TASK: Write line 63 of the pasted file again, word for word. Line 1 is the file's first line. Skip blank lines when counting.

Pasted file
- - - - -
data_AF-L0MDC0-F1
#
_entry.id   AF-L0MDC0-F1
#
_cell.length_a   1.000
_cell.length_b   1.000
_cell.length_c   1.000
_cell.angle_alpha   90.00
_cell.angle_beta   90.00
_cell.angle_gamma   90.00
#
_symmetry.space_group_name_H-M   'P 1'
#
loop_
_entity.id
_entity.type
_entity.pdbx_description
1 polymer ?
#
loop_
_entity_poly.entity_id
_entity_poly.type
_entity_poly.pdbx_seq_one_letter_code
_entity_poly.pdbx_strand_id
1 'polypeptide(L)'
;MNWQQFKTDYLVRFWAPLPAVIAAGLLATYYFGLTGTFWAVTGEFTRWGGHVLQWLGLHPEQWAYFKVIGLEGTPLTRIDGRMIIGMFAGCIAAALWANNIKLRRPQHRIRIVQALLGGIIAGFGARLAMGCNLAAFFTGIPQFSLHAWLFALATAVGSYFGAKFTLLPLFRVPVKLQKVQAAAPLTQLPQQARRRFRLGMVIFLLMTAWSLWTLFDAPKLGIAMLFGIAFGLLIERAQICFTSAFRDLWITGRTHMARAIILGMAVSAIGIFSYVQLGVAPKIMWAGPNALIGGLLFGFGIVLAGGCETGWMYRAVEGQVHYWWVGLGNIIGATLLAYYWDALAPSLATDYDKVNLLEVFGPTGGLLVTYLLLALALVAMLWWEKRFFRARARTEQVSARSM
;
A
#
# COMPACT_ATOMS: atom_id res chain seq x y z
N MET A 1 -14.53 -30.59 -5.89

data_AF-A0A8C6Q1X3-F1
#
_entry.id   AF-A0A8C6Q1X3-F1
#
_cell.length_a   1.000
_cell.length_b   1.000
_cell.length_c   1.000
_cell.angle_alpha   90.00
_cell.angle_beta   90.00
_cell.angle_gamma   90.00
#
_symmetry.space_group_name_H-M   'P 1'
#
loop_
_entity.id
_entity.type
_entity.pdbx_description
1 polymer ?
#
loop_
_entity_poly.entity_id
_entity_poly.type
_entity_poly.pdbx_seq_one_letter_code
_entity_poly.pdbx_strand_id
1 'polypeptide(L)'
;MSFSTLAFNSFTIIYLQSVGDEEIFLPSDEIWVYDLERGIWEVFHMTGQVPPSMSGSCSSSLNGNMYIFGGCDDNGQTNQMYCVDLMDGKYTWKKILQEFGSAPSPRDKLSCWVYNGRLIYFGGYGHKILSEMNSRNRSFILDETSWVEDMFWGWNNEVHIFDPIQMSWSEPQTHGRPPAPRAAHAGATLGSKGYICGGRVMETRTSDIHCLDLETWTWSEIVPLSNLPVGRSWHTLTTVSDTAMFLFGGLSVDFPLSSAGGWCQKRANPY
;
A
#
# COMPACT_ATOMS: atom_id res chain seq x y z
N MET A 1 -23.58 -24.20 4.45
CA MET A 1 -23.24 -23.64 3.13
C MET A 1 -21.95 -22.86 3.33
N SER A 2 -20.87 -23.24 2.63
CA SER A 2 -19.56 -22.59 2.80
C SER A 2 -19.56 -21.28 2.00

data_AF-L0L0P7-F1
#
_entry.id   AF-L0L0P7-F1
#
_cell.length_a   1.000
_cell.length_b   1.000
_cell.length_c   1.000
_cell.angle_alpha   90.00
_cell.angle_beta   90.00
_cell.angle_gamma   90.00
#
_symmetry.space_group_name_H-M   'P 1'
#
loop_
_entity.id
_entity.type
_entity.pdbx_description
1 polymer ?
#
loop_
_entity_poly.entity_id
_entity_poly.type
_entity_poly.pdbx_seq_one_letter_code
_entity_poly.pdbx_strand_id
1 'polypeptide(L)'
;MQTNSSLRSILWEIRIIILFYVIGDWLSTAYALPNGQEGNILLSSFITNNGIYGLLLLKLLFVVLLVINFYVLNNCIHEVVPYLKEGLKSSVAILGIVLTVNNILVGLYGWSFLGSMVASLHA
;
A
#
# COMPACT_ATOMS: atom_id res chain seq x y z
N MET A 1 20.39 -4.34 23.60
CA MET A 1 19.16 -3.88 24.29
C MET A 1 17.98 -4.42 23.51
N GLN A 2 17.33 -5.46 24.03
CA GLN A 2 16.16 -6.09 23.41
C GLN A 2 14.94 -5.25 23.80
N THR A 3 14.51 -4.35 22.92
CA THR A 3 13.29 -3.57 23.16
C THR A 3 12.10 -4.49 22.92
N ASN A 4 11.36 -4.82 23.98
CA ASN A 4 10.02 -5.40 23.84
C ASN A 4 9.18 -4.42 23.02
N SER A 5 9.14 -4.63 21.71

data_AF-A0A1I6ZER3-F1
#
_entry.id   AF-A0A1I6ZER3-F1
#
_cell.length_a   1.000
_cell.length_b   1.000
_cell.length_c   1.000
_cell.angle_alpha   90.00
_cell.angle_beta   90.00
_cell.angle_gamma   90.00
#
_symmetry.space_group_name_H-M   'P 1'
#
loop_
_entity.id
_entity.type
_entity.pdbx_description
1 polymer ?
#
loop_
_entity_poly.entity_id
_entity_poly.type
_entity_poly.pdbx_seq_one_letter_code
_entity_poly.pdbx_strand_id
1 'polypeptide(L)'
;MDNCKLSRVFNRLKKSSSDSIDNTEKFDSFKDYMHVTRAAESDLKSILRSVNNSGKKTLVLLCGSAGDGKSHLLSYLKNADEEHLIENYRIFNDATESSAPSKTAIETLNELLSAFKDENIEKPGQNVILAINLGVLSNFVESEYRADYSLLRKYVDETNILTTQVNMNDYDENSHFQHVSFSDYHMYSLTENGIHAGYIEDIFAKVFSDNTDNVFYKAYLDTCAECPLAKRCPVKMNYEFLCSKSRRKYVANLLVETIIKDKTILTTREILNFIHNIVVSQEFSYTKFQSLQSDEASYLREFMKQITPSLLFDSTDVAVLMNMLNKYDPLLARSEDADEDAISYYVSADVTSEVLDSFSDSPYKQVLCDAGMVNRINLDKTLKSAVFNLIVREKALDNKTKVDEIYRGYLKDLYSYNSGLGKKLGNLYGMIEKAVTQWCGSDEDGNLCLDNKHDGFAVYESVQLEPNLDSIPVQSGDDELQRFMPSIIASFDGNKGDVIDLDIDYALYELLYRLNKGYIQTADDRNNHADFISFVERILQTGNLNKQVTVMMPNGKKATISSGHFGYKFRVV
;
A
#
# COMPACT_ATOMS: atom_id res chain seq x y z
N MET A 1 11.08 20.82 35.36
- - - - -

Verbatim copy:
CA MET A 1 -23.24 -23.64 3.13